BRIEF DESCRIPTION OF THE DRAWINGS
A preferred embodiment of the invention is described below with reference to the accompanying drawings.
FIG. 1 shows a longitudinal section of a pneumatic power tool according to the invention.
FIG. 2 shows a longitudinal section A of the angle gearing with scale 3:1.
FIG. 3 shows a cross section of the motor forward end wall along line B-B.
FIG. 4 shows a cross section of the motor rear end comprising air passages along line C-C.
DESCRIPTION OF THE PREFERRED EMBODIMENT
FIG. 5 shows a cross section of the rear end of the tool along line D-D.
The tool shown in FIG. 1 comprises a housing 10 with a forward angle gear arrangement or angle gearing 11, a motor chamber 12, a rearward air outlet or exhaust section 13 and a forward air outlet or exhaust section 14.
The motor chamber 12 comprises a vane type rotation motor 15, including a cylinder 16 and a rotor 17. The motor is rigidly secured in the housing 10 and has a forward end wall 18 and a rearward end wall 19, which both are adapted to enable air passage. At its forward end, the rotor 17 is drivingly connected to the angle gearing 11. The motor cylinder 16 comprises a number of (radial) air communication openings which act as motor outlet openings 20. The outlet openings 20 communicate with both the rear part of the tool via rearward exhaust section 13 and with forward part of the tool via the forward exhaust section 14. The motor is of a conventional design, and since it is not in itself a part of the invention it is not described in further detail.
The motor chamber 12 has rearward air exhaust passages 21 and a rear air inlet passage 22, a throttle valve 23 operable by a lever 24 and at least two outlet openings 20 in cylinder 16. The rear end of the tool is provided with a central tubular connection member 25 for connection of a pressure air conduit. The connection member 25 is encircled by a rearward outlet passage 21, and the rear end of the tool housing 10 is formed with an external socket portion 26 for connection of an outlet duct, if desired. The outlet passages are defined either by grooves formed, for instance by milling, on the outer surface of the cylinder 16, the inner surface of the housing 10 and/or by adapting the details for enabling air communication.
The angle gearing 11, in FIG. 2, is supported and located in a gearing chamber 61. The angle gearing 11 comprises a pinion 28 that is fixedly arranged on the forward end of the rotor shaft 29 which is supported by a sealed ball bearing 19. The angle gearing 11 further comprises a bevel gear 30 which interacts with said pinion 28 and is mounted on an output shaft 31 extending out of the housing 10 through a front opening which also provides an auxiliary outlet passage 32. The output shaft 31 is supported in the housing by two ball bearings 43 and 49. The gearing chamber 61 is sealed by means of a seal ring 33, provided in the forward end wall 18 and with a resilient contact seal 34, which seals on the gear mantel 36 or directly on the output shaft 31. The seal 34 can be of other radial type. Said seal ring 33 prevents pressurised air from entering the gearing chamber 61 while the contact seal 34 prevents lubricant leakage. The output shaft 31 has a threaded section 37 for enabling mounting of different kinds of tools.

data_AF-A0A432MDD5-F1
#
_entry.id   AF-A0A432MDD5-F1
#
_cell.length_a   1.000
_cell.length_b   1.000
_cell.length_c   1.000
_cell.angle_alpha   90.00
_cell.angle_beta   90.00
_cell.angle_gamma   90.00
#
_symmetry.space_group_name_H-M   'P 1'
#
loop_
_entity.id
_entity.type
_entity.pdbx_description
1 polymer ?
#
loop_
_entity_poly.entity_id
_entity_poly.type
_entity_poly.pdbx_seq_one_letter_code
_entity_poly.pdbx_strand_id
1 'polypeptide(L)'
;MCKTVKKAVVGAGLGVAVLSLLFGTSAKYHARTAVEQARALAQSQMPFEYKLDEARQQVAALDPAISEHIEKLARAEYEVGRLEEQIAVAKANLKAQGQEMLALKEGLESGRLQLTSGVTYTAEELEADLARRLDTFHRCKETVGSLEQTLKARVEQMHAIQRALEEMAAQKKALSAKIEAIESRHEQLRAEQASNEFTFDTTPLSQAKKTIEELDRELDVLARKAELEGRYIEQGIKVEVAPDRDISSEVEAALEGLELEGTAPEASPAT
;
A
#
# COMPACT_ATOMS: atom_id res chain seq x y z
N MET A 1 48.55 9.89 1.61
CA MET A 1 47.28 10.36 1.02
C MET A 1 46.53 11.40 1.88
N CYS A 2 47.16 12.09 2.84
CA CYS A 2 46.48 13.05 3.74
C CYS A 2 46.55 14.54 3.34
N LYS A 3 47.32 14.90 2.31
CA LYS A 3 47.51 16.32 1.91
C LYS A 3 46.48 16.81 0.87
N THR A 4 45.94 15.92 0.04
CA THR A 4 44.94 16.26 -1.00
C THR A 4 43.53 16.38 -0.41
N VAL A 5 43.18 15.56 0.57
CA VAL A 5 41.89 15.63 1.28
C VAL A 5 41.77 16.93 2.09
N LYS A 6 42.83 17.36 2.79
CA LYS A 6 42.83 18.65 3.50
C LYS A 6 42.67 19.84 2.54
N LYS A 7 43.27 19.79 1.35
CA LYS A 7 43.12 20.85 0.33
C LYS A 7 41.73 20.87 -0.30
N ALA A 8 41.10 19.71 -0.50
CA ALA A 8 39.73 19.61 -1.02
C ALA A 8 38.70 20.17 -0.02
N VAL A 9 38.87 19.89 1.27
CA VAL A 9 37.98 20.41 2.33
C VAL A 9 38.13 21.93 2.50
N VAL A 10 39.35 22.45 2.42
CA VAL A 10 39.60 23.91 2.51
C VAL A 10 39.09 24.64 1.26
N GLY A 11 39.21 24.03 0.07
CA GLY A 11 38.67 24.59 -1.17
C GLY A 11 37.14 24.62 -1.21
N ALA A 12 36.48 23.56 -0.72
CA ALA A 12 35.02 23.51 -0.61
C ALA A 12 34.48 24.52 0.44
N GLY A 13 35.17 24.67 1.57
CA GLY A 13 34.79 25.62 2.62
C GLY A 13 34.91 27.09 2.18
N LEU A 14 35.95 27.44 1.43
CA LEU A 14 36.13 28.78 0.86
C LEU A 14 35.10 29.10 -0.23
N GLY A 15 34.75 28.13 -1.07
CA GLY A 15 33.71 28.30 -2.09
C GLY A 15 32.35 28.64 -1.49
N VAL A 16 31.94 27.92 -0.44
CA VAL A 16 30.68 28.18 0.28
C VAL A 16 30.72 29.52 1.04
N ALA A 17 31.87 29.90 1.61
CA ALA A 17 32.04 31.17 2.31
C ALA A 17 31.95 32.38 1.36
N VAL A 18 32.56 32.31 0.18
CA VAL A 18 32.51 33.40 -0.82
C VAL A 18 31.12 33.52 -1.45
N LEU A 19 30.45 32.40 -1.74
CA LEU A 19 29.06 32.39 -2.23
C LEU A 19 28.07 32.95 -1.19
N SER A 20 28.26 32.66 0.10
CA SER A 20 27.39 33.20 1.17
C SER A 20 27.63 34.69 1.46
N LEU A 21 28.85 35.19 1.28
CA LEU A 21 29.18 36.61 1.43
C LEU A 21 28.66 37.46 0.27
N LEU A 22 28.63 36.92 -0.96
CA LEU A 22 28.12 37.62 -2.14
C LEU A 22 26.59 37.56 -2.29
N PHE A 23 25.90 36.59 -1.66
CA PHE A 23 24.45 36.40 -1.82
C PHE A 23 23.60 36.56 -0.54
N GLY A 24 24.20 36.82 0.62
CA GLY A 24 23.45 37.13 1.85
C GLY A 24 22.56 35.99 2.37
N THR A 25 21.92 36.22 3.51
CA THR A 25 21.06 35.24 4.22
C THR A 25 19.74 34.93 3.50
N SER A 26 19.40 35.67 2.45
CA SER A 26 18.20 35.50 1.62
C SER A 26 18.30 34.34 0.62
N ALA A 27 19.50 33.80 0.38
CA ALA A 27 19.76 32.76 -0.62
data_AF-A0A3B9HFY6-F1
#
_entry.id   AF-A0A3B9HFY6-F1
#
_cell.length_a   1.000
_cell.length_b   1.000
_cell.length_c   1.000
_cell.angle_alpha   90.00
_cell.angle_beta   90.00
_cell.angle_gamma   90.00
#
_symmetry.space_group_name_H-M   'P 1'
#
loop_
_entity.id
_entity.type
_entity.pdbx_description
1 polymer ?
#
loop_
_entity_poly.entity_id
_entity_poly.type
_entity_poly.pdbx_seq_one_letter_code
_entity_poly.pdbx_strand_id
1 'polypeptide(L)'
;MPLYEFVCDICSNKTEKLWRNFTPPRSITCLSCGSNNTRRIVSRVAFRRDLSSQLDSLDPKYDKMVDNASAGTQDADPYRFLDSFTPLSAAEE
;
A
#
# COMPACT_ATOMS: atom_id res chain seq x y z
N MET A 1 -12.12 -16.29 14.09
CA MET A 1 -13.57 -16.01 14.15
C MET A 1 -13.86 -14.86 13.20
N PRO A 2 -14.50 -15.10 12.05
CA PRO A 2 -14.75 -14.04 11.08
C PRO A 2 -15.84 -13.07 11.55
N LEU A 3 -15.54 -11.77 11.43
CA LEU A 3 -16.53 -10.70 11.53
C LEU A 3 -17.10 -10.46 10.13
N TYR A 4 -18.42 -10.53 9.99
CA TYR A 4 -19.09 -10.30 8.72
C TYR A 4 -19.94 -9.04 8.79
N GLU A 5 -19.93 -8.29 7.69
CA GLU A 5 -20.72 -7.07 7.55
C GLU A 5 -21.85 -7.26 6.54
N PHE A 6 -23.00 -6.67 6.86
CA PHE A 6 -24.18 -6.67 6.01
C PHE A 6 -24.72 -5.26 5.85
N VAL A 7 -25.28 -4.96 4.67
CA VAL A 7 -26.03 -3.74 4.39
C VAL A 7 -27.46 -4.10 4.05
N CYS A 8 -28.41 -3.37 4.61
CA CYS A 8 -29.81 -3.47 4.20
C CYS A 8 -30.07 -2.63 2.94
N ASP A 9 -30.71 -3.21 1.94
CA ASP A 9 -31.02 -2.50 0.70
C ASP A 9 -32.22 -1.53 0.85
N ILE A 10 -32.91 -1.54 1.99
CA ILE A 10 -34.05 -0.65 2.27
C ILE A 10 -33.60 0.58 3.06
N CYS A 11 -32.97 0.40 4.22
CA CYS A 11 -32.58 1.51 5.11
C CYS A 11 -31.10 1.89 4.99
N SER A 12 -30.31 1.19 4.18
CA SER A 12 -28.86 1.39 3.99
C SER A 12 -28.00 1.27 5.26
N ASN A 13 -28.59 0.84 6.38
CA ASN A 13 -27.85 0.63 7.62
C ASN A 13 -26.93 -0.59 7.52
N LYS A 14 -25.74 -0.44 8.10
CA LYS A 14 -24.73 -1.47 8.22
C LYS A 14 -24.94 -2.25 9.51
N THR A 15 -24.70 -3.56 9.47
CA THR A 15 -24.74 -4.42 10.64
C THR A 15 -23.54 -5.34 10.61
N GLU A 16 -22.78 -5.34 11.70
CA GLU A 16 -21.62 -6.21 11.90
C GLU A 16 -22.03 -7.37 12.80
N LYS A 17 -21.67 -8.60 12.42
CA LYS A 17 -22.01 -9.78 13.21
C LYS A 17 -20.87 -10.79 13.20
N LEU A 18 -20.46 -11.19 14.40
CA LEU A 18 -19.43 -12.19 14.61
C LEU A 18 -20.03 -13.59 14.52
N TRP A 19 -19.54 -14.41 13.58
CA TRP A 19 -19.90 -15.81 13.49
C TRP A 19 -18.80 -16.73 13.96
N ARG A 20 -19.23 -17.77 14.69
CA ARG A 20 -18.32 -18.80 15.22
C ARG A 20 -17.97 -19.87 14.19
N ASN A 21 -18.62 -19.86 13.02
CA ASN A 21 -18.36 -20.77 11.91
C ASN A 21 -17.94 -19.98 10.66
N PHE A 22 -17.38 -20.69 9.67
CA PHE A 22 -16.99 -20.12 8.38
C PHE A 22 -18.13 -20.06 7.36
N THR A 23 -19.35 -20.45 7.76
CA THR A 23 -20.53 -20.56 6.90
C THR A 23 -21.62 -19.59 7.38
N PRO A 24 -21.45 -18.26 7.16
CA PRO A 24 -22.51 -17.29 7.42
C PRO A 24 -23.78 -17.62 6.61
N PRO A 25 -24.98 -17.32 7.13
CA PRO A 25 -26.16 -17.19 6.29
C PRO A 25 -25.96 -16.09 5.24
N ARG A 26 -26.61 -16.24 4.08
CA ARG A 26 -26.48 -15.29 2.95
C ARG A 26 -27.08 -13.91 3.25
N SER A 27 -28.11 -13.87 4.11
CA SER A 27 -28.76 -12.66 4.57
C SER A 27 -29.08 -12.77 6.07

The pressure air supplied via the valve 23 is ducted to the pneumatic motor 15 and the exhaust air leaving the motor through the air communication openings 20 is primarily, ducted rearwardly via passages 21 to the rearward exhaust section 13. The part of the outlet air that is forwardly ducted will be described in detail since this part does involve the characteristics of the claimed invention. Part of the exhaust air leaving the motor through the openings 20, is ducted forwardly through the passages provided between the motor cylinder 16 and the housing 10 and through at least one passage 38 forming a small area portion in the for the purpose adapted forward end wall 18. The forward end wall 18 further comprises a circumferential duct 39 partly around the outer ring 40 of a sealed bearing 41, to enable heat transfer from the bearing to the passing exhaust air. A set of air passages 42 are arranged facing a cooling chamber 44 which enable air to flow into said cooling chamber 44. In the housing 10 there is provided a circular groove 45 which forms a part of a cooling chamber 44 and which leaves an annular flange 27 extending axially in a close relation to the pinion 28 and forming a partition wall 27 between the cooling chamber 44 and the gearing chamber 61. The end surface of the annular flange co-operates with the forward motor end wall 18 via a seal ring 33 so as to prevent leakage of exhaust air into the gearing chamber 61. The walls of the groove 45 form together an enlarged heat transferring surface by which the heat generated in the gearing is efficiently transferred to the cold exhaust air from the motor passing through the cooling chamber 44. The groove 45 can also be produced by means of milling or other processes. The cooling chamber 44 has one outer wall 46 extending towards the tool exterior periphery while the partition wall 27, has a lesser thickness and extends towards the gearing chamber 61 and which form is adapted to the outer periphery of the pinion 20. The partition wall 27 may have different shapes, the task of this wall is to provide a heat transferring surface as to increase the air contact area to increase heat transfer from the gearing chamber 61 to the passing exhaust air.